Skin Flushing: Although uncommon, when it is seen, skin flushing typically occurs 30 minutes to several hours after taking DMF. Pruritus and erythema are sometimes reported, too. A placebo-controlled study found that aspirin can significantly reduce flushing.

Gastrointestinal Symptoms: Diarrhea, nausea, abdominal pain, vomiting can be seen between 30 minutes and several hours after taking DMF. Symptoms are most common in the first few weeks after starting DMF and typically reduce significantly by one month of treatment. Symptomatic therapies can be used in patients, where needed, including H2/proton pump inhibitors, metoclopramide, bismuth subsalicylate, loperamide, as needed depending upon the gastrointestinal symptoms. The enteric formulation of DMF makes it mostly like to be absorbed in the intestines. Accordingly, patients who have received gastric bypass are not expected to have altered tolerability.

Some patients have reported a benefit for the GI symptoms using an anecdotal list of foods:

  • Peanut butter
  • Chocolate milk
  • Olive oil
  • Almonds
  • Cashews
  • 'Fritos'
  • Avocados

Q: Can the dosing schedule be changed to reduce the risk of GI side effects?

A: Different dosing strategies have been applied to try to reduce GI side effects. At the Mellen Center we have been using the following modification of the dosing strategy for MG:

  • First two weeks: DMF 120mg twice a day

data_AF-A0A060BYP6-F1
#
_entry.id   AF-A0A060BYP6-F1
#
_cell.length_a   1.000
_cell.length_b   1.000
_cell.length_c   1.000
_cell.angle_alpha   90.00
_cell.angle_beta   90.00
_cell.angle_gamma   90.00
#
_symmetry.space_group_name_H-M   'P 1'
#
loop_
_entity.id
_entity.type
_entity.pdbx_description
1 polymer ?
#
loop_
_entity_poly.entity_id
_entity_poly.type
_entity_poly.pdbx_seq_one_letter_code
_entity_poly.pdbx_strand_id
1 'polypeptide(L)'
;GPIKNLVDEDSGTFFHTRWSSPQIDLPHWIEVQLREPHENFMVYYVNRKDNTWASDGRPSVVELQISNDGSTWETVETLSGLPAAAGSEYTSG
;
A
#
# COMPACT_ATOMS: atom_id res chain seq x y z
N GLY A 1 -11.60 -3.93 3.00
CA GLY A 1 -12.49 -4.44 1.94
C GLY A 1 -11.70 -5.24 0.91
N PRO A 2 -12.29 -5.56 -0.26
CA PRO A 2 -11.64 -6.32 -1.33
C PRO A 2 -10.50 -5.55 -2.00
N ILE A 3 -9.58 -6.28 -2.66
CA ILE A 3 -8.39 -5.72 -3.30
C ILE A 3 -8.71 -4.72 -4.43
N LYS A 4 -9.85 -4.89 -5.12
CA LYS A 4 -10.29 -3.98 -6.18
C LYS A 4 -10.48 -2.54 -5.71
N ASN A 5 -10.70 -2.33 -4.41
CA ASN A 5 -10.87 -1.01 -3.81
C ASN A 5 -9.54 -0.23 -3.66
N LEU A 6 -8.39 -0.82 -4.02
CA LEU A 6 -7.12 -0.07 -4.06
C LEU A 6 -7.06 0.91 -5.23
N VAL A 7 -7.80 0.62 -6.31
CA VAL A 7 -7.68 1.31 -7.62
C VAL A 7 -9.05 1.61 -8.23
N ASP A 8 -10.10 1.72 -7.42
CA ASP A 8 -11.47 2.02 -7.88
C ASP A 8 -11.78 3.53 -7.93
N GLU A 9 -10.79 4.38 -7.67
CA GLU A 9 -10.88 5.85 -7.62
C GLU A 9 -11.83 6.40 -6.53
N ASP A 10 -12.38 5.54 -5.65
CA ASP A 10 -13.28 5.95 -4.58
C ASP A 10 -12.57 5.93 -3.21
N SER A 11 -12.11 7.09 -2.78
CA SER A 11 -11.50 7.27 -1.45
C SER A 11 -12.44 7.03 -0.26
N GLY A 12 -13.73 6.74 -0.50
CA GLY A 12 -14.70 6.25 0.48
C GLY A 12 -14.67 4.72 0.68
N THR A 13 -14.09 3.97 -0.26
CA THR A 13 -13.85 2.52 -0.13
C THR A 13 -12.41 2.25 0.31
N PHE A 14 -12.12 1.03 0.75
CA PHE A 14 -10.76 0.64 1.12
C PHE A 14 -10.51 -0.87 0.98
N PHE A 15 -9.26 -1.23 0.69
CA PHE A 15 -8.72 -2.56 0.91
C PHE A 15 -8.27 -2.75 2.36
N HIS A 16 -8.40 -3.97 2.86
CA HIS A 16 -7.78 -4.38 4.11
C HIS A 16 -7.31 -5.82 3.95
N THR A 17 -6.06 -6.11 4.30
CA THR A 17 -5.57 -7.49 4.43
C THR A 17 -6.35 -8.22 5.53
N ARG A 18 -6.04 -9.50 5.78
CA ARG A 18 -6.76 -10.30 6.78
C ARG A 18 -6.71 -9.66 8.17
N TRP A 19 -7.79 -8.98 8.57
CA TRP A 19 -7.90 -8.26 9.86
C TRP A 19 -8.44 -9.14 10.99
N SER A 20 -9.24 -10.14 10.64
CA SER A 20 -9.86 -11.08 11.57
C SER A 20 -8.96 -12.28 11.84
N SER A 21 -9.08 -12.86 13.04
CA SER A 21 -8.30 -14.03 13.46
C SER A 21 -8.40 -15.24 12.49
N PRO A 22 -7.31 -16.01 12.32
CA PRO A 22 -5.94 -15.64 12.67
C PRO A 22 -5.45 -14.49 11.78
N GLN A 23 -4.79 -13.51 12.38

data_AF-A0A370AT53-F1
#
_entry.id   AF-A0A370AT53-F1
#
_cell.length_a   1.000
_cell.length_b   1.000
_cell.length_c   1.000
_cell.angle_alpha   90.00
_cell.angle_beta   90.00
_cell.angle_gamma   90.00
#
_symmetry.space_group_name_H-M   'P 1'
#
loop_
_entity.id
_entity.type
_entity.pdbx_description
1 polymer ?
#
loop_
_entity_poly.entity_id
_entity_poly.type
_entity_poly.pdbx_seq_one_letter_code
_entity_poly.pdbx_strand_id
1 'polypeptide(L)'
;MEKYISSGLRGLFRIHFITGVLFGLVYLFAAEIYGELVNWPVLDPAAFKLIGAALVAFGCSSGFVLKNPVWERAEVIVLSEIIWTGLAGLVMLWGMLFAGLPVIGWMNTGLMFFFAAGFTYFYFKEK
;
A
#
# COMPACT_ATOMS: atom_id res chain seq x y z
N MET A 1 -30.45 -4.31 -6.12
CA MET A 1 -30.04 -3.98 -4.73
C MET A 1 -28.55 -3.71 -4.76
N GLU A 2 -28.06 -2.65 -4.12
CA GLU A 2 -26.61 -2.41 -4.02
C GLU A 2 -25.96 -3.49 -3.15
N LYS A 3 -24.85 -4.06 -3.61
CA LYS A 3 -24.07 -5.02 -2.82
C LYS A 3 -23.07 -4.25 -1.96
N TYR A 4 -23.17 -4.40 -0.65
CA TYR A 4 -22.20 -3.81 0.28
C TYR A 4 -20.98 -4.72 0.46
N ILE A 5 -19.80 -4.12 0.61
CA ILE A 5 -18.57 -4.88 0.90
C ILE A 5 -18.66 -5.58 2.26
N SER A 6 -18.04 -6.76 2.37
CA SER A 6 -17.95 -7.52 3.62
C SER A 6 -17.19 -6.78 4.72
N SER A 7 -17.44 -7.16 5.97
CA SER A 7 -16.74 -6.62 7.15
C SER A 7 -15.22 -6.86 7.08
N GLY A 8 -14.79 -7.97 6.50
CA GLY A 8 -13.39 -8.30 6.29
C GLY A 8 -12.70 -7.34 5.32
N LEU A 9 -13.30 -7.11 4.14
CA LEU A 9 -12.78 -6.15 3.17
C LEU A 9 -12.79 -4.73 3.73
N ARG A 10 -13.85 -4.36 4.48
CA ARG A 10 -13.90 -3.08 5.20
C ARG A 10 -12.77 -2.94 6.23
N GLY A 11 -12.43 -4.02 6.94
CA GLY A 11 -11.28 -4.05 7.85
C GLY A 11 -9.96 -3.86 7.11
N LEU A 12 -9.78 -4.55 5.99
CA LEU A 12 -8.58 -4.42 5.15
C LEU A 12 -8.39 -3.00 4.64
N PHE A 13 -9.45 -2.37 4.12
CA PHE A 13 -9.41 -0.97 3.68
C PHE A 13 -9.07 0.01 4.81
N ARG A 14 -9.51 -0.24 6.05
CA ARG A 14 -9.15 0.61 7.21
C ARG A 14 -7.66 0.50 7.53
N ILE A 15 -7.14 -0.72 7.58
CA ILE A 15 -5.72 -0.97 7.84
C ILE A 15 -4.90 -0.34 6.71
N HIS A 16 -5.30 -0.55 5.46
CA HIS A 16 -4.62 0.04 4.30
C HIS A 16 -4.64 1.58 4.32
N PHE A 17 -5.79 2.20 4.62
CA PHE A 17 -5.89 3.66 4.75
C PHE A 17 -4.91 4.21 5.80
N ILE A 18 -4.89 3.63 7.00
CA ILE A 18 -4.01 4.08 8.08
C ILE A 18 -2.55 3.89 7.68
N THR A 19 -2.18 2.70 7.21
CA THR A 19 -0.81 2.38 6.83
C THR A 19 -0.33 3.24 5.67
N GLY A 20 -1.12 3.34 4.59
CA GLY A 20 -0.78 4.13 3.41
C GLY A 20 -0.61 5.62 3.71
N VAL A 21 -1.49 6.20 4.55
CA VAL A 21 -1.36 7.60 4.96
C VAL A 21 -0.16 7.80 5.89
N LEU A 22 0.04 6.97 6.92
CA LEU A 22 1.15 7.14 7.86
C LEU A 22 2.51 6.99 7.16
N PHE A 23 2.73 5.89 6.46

• Third and Fourth week: DMF 240mg with the largest meal, and one 120mg with opposite meal (breakfast and dinner)
  • After Fourth week: DMF 240mg bid with meals

An alternative regimen tested by NYU medical center (presented ACTRIMS meeting September 2014):

  • First two weeks: DMF 120mg once a day with meal
  • Second two weeks: DMF 240mg once a day with meal
  • After fourth week: DMF 240mg bid with meals

Q: Is there a risk of PML with DMF and if so how do I risk stratify and monitor appropriately?

A: Although DMF is a potent immunomodulatory drug and reversibly lowers blood lymphocyte counts, the clinical trials did not observe an increased rate of either routine infections or opportunistic infections. This decline in the lymphocyte count tends to progress over the first year of treatment and counts remain low throughout the course of treatment. However, lymphocyte counts can be quite variable over time, too. Lymphocyte counts may take from 12-16 weeks to return to normal after treatment with tecfidera.

There have been case reports of progressive multifocal leukoencephalopathy (PML) with another fumaric acid preparation (Fumaderm), which is available in Germany. Most of these cases were on another immune-suppressing medication prior to or at the time of DMF therapy or had persistently low lymphocyte counts.

In October 2014 a single case was reported with DMF of PML which was fatal. This patient was enrolled in ongoing clinical trials of DMF and has not been on immunosuppressive medications prior to this trial. The patient experienced persistently low absolute lymphocyte counts for 3.5 years of treatment (< 500), and was not recognized as having PML until late in the disease course.

On the basis of this case, at the Mellen Center, we now recommend a CBC with differential every 6 months while patients are on dimethyl fumarate.

In addition:

  • If the absolute lymphocyte counts are 500-750. we recheck in 3 months then every 3 months until the count rises about 750.
  • If the absolute lymphocyte count is under 500, we recheck BC monthly and obtain JCV serology.